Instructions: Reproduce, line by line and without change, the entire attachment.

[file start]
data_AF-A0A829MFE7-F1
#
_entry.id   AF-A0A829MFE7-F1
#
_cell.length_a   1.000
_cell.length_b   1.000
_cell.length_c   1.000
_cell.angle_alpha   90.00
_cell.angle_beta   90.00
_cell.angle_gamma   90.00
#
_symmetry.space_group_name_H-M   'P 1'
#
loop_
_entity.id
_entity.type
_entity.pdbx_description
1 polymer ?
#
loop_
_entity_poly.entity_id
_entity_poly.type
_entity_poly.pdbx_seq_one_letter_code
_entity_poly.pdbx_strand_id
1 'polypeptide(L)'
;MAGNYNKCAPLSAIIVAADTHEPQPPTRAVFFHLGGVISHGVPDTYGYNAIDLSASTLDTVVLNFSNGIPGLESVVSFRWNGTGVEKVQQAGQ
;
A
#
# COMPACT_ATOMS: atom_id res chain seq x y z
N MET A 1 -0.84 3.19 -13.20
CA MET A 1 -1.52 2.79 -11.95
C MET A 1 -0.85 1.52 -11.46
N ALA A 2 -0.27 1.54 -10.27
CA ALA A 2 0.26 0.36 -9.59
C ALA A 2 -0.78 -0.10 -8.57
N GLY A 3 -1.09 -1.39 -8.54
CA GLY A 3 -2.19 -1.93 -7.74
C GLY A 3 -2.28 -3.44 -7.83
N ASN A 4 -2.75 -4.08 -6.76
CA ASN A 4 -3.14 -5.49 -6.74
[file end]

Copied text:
data_AF-A0A829MFE7-F1
#
_entry.id   AF-A0A829MFE7-F1
#
_cell.length_a   1.000
_cell.length_b   1.000
_cell.length_c   1.000
_cell.angle_alpha   90.00
_cell.angle_beta   90.00
_cell.angle_gamma   90.00
#
_symmetry.space_group_name_H-M   'P 1'
#
loop_
_entity.id
_entity.type
_entity.pdbx_description
1 polymer ?
#
loop_
_entity_poly.entity_id
_entity_poly.type
_entity_poly.pdbx_seq_one_letter_code
_entity_poly.pdbx_strand_id
1 'polypeptide(L)'
;MAGNYNKCAPLSAIIVAADTHEPQPPTRAVFFHLGGVISHGVPDTYGYNAIDLSASTLDTVVLNFSNGIPGLESVVSFRWNGTGVEKVQQAGQ
;
A
#
# COMPACT_ATOMS: atom_id res chain seq x y z
N MET A 1 -0.84 3.19 -13.20
CA MET A 1 -1.52 2.79 -11.95
C MET A 1 -0.85 1.52 -11.46
N ALA A 2 -0.27 1.54 -10.27
CA ALA A 2 0.26 0.36 -9.59
C ALA A 2 -0.78 -0.10 -8.57
N GLY A 3 -1.09 -1.39 -8.54
CA GLY A 3 -2.19 -1.93 -7.74
C GLY A 3 -2.28 -3.44 -7.83
N ASN A 4 -2.75 -4.08 -6.76
CA ASN A 4 -3.14 -5.49 -6.74